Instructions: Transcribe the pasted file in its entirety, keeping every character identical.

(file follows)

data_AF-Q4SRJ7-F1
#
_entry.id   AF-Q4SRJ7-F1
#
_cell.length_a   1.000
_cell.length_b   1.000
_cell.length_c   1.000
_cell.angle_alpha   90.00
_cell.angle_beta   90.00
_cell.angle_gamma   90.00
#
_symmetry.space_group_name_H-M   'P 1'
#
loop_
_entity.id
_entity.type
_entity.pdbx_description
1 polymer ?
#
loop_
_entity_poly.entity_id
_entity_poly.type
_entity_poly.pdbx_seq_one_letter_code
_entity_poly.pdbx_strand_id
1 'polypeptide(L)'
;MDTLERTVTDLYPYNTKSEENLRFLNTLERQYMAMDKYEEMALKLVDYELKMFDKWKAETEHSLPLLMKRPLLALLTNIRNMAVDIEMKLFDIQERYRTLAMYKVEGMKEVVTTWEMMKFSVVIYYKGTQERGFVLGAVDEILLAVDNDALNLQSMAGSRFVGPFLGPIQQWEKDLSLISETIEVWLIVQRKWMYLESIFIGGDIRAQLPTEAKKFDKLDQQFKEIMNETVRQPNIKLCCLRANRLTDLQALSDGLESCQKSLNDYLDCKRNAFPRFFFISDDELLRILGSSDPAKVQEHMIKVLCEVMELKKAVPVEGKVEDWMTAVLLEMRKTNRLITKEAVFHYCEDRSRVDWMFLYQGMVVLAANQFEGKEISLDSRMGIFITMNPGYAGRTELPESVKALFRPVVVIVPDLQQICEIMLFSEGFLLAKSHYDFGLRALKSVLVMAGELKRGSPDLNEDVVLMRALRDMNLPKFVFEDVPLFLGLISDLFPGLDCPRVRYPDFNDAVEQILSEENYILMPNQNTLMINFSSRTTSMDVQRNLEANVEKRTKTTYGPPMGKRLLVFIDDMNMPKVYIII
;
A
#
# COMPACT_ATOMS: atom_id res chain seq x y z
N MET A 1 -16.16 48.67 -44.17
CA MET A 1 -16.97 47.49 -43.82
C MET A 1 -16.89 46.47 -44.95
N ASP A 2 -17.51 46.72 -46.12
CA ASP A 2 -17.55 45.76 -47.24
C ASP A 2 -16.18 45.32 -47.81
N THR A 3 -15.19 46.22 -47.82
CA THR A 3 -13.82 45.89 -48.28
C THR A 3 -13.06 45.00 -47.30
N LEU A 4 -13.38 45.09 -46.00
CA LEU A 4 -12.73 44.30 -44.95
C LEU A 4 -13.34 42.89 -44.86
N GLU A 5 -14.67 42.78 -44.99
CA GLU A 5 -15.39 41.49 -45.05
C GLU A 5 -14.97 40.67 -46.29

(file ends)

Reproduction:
data_AF-Q4SRJ7-F1
#
_entry.id   AF-Q4SRJ7-F1
#
_cell.length_a   1.000
_cell.length_b   1.000
_cell.length_c   1.000
_cell.angle_alpha   90.00
_cell.angle_beta   90.00
_cell.angle_gamma   90.00
#
_symmetry.space_group_name_H-M   'P 1'
#
loop_
_entity.id
_entity.type
_entity.pdbx_description
1 polymer ?
#
loop_
_entity_poly.entity_id
_entity_poly.type
_entity_poly.pdbx_seq_one_letter_code
_entity_poly.pdbx_strand_id
1 'polypeptide(L)'
;MDTLERTVTDLYPYNTKSEENLRFLNTLERQYMAMDKYEEMALKLVDYELKMFDKWKAETEHSLPLLMKRPLLALLTNIRNMAVDIEMKLFDIQERYRTLAMYKVEGMKEVVTTWEMMKFSVVIYYKGTQERGFVLGAVDEILLAVDNDALNLQSMAGSRFVGPFLGPIQQWEKDLSLISETIEVWLIVQRKWMYLESIFIGGDIRAQLPTEAKKFDKLDQQFKEIMNETVRQPNIKLCCLRANRLTDLQALSDGLESCQKSLNDYLDCKRNAFPRFFFISDDELLRILGSSDPAKVQEHMIKVLCEVMELKKAVPVEGKVEDWMTAVLLEMRKTNRLITKEAVFHYCEDRSRVDWMFLYQGMVVLAANQFEGKEISLDSRMGIFITMNPGYAGRTELPESVKALFRPVVVIVPDLQQICEIMLFSEGFLLAKSHYDFGLRALKSVLVMAGELKRGSPDLNEDVVLMRALRDMNLPKFVFEDVPLFLGLISDLFPGLDCPRVRYPDFNDAVEQILSEENYILMPNQNTLMINFSSRTTSMDVQRNLEANVEKRTKTTYGPPMGKRLLVFIDDMNMPKVYIII
;
A
#
# COMPACT_ATOMS: atom_id res chain seq x y z
N MET A 1 -16.16 48.67 -44.17
CA MET A 1 -16.97 47.49 -43.82
C MET A 1 -16.89 46.47 -44.95
N ASP A 2 -17.51 46.72 -46.12
CA ASP A 2 -17.55 45.76 -47.24
C ASP A 2 -16.18 45.32 -47.81
N THR A 3 -15.19 46.22 -47.82
CA THR A 3 -13.82 45.89 -48.28
C THR A 3 -13.06 45.00 -47.30
N LEU A 4 -13.38 45.09 -46.00
CA LEU A 4 -12.73 44.30 -44.95
C LEU A 4 -13.34 42.89 -44.86
N GLU A 5 -14.67 42.78 -44.99
CA GLU A 5 -15.39 41.49 -45.05
C GLU A 5 -14.97 40.67 -46.29